May at Plot 4

 

The month of May is a significant one, being the month which ushers out the spring and welcomes in the summer. On a personal level, it has my birthday in it, and as such is a convenient point to analyse the year gone and reassess priorities. I find, as I start another year, the promise of better weather and abundant growth such a positive thought; one which can see me through darker days.

We are finally able to harvest some new crops. The rhubarb is looking beautiful and has been excellent in crumbles, as well as accompanying a granola and yoghurt breakfast, and a cheeky pasteis de nata. The first of the salad leaves are also coming to harvestable size; so we will be able to enjoy lettuce again fresh from the plot, instead of the bagged salads the supermarkets so like. Last month saw the mint at the allotment flourishing, so its time to enjoy its freshness in dishes like tabbouleh, salsa verde, and of course in mint tea.

The April sowings of beetoot, beans, peas and salads have all sprouted and are doing well, but its time to sow another batch to ensure a succession of crops. I’m also going to be sowing some parsnips, a bit late I know, but I think it will be worth it. Like the carrots mentioned last month, parsnips don’t like my clay rich soil, so I’m going to experiment with using a large bin with a good draining sand-rich soil in it.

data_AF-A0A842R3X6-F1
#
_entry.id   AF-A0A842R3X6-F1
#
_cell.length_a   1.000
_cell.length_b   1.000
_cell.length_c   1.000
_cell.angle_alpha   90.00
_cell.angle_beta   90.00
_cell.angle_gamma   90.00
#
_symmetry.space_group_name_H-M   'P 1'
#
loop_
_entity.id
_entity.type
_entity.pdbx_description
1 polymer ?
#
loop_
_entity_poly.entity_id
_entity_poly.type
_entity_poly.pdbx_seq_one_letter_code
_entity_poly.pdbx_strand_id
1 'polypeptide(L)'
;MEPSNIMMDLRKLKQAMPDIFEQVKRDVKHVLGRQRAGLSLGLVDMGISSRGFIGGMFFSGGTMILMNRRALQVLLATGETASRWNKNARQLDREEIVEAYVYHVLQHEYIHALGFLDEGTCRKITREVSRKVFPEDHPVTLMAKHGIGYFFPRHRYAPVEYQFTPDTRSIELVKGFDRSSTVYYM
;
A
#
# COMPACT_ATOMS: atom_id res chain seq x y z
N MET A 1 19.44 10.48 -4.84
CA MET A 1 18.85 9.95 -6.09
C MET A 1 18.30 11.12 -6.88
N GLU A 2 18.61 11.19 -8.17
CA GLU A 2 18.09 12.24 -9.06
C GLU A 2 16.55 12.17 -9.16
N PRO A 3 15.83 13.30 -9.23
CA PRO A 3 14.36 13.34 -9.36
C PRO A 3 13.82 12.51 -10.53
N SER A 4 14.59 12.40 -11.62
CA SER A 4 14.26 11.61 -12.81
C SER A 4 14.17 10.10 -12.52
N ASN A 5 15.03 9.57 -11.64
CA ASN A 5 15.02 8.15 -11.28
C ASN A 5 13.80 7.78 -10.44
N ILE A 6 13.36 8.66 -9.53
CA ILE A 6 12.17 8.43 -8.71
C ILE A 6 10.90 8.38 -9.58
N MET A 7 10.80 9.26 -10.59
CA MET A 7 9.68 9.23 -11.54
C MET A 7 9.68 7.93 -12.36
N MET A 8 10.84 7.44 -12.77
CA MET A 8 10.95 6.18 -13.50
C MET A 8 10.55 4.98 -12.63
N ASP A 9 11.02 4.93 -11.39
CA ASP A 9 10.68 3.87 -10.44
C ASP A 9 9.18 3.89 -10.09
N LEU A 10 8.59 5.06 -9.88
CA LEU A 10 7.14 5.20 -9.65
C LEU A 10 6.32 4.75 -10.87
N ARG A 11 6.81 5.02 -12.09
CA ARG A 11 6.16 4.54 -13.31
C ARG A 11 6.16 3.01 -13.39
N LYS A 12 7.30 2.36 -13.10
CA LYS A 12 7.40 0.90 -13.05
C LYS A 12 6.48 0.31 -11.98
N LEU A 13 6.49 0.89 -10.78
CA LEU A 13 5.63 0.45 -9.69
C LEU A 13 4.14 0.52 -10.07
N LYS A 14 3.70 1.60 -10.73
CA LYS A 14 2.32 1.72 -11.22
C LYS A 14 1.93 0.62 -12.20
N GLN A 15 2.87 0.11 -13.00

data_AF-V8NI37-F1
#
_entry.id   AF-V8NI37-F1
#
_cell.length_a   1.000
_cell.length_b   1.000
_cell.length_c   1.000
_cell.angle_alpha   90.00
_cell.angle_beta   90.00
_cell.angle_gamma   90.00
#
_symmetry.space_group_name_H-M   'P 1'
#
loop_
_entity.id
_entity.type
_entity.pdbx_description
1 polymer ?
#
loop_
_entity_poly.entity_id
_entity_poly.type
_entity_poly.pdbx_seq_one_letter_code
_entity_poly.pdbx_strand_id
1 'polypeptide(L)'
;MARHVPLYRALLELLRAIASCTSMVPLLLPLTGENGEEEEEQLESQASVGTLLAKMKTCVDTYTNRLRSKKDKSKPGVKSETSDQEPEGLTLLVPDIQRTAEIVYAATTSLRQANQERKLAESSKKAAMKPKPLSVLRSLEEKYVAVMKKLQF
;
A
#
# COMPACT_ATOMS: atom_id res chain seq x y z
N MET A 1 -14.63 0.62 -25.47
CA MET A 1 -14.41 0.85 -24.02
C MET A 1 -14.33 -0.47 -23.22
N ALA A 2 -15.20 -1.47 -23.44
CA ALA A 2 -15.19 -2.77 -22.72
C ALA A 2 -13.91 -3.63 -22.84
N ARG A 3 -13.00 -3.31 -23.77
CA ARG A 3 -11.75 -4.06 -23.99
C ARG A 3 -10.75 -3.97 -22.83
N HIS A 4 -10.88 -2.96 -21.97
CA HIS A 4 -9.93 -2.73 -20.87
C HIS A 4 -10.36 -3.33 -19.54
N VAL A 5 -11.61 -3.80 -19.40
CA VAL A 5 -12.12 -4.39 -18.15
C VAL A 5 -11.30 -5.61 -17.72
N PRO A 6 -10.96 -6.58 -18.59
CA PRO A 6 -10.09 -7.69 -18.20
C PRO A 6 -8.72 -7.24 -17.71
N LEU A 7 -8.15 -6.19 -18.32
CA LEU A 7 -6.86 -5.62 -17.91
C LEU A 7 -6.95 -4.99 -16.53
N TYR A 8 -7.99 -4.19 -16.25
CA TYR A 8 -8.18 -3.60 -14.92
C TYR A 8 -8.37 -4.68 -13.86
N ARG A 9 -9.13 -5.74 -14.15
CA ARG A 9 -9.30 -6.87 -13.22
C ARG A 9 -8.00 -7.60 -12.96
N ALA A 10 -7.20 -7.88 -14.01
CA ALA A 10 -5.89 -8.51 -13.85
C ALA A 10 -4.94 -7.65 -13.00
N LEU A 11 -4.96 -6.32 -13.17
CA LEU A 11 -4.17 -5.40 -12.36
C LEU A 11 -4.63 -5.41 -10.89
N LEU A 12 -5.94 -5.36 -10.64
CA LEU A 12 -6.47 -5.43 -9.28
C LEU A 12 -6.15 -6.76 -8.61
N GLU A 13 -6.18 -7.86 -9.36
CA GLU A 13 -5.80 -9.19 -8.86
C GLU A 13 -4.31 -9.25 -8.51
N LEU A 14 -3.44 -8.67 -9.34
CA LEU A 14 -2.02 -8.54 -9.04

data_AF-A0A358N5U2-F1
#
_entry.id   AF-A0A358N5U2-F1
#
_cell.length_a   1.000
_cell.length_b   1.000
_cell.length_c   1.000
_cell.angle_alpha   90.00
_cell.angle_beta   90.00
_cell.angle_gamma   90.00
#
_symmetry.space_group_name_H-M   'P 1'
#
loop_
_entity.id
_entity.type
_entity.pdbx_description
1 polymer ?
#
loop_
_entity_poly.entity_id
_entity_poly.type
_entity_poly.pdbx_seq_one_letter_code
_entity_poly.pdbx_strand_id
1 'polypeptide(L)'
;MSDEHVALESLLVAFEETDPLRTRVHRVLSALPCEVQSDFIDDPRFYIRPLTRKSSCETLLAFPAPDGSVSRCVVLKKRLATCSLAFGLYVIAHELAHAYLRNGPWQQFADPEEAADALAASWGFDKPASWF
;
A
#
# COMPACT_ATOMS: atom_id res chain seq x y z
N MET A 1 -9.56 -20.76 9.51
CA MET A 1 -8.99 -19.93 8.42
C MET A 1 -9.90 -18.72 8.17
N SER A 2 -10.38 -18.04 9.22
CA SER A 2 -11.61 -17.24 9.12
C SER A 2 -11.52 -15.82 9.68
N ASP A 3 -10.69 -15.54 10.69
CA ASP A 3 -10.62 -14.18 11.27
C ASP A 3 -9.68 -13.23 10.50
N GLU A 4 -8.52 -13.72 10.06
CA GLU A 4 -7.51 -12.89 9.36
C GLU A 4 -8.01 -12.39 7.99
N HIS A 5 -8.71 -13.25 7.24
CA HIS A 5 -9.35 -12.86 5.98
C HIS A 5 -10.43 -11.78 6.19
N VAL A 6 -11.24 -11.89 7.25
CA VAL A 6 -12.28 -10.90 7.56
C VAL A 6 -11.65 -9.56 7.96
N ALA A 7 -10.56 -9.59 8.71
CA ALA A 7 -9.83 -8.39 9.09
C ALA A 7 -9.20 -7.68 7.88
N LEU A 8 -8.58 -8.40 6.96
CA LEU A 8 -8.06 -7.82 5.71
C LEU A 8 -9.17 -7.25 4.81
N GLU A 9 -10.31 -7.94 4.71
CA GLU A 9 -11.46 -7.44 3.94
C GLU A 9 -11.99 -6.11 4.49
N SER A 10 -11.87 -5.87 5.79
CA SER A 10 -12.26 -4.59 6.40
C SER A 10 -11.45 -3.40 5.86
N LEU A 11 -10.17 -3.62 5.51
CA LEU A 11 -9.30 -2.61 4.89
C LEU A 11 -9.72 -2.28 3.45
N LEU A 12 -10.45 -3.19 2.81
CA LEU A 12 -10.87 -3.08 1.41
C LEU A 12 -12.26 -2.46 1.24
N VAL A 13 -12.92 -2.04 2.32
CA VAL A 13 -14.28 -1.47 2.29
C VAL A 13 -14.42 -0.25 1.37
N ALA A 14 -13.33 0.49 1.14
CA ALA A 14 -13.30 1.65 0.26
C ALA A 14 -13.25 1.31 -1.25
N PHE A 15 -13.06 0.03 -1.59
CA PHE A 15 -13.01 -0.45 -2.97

With the evenings becoming longer there is more time to visit the plot and develop the baking day job, this meand that I can  keep on top of the ever growing list of jobs this month.  The crops already planted, need to be hoed between to control weeds and also create a “dust mulch” to conserve precious soil moisture. I try to water with a watering can in the cool of these evening visits, as it allows me to direct the water around the root area of the crops and the sun doesn’t get a chance to evaporate it before the plants can have a drink. The strawberries are already flowering and I will put some straw underneath the developing fruits to keep them off the soil, as well a water around the base of the plant to reduce any problems with mildew. 

 It all looks a lot to do. Still, there’s nothing like a bit of time at the allotment to make everything better.

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This post is contributing to The Garden Share Collective; an international group of bloggers who share their vegetable patches, container gardens and the herbs they grow on their window sills.

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